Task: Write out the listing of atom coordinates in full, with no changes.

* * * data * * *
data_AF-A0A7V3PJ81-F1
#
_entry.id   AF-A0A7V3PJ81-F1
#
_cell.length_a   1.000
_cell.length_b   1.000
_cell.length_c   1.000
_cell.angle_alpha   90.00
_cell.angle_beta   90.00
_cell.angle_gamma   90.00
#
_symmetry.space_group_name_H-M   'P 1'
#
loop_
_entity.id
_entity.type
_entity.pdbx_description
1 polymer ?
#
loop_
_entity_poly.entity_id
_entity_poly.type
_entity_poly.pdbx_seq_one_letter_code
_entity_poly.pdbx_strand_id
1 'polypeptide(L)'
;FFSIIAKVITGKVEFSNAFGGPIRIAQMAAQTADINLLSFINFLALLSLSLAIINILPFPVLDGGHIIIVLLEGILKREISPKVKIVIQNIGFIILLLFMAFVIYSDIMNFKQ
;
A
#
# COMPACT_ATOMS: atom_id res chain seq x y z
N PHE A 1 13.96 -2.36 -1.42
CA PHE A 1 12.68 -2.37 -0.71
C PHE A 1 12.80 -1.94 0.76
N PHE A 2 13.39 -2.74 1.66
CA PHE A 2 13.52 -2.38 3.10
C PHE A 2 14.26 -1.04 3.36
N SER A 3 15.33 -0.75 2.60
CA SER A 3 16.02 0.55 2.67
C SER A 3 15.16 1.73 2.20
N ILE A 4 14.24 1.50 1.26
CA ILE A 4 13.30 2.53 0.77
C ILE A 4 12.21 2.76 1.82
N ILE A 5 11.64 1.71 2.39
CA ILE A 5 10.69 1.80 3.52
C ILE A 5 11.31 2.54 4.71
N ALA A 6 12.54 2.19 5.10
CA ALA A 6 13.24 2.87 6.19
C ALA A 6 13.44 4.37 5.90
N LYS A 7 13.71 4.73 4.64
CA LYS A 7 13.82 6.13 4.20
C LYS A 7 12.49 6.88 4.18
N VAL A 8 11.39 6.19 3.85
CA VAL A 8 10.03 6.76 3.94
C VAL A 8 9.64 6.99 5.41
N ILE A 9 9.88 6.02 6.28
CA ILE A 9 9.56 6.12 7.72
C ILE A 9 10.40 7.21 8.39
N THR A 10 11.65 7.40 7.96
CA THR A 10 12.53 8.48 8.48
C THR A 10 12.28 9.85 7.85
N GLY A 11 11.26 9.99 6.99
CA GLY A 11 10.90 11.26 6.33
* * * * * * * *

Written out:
data_AF-A0A7V3PJ81-F1
#
_entry.id   AF-A0A7V3PJ81-F1
#
_cell.length_a   1.000
_cell.length_b   1.000
_cell.length_c   1.000
_cell.angle_alpha   90.00
_cell.angle_beta   90.00
_cell.angle_gamma   90.00
#
_symmetry.space_group_name_H-M   'P 1'
#
loop_
_entity.id
_entity.type
_entity.pdbx_description
1 polymer ?
#
loop_
_entity_poly.entity_id
_entity_poly.type
_entity_poly.pdbx_seq_one_letter_code
_entity_poly.pdbx_strand_id
1 'polypeptide(L)'
;FFSIIAKVITGKVEFSNAFGGPIRIAQMAAQTADINLLSFINFLALLSLSLAIINILPFPVLDGGHIIIVLLEGILKREISPKVKIVIQNIGFIILLLFMAFVIYSDIMNFKQ
;
A
#
# COMPACT_ATOMS: atom_id res chain seq x y z
N PHE A 1 13.96 -2.36 -1.42
CA PHE A 1 12.68 -2.37 -0.71
C PHE A 1 12.80 -1.94 0.76
N PHE A 2 13.39 -2.74 1.66
CA PHE A 2 13.52 -2.38 3.10
C PHE A 2 14.26 -1.04 3.36
N SER A 3 15.33 -0.75 2.60
CA SER A 3 16.02 0.55 2.67
C SER A 3 15.16 1.73 2.20
N ILE A 4 14.24 1.50 1.26
CA ILE A 4 13.30 2.53 0.77
C ILE A 4 12.21 2.76 1.82
N ILE A 5 11.64 1.71 2.39
CA ILE A 5 10.69 1.80 3.52
C ILE A 5 11.31 2.54 4.71
N ALA A 6 12.54 2.19 5.10
CA ALA A 6 13.24 2.87 6.19
C ALA A 6 13.44 4.37 5.90
N LYS A 7 13.71 4.73 4.64
CA LYS A 7 13.82 6.13 4.20
C LYS A 7 12.49 6.88 4.18
N VAL A 8 11.39 6.19 3.85
CA VAL A 8 10.03 6.76 3.94
C VAL A 8 9.64 6.99 5.41
N ILE A 9 9.88 6.02 6.28
CA ILE A 9 9.56 6.12 7.72
C ILE A 9 10.40 7.21 8.39
N THR A 10 11.65 7.40 7.96
CA THR A 10 12.53 8.48 8.48
C THR A 10 12.28 9.85 7.85
N GLY A 11 11.26 9.99 6.99
CA GLY A 11 10.90 11.26 6.33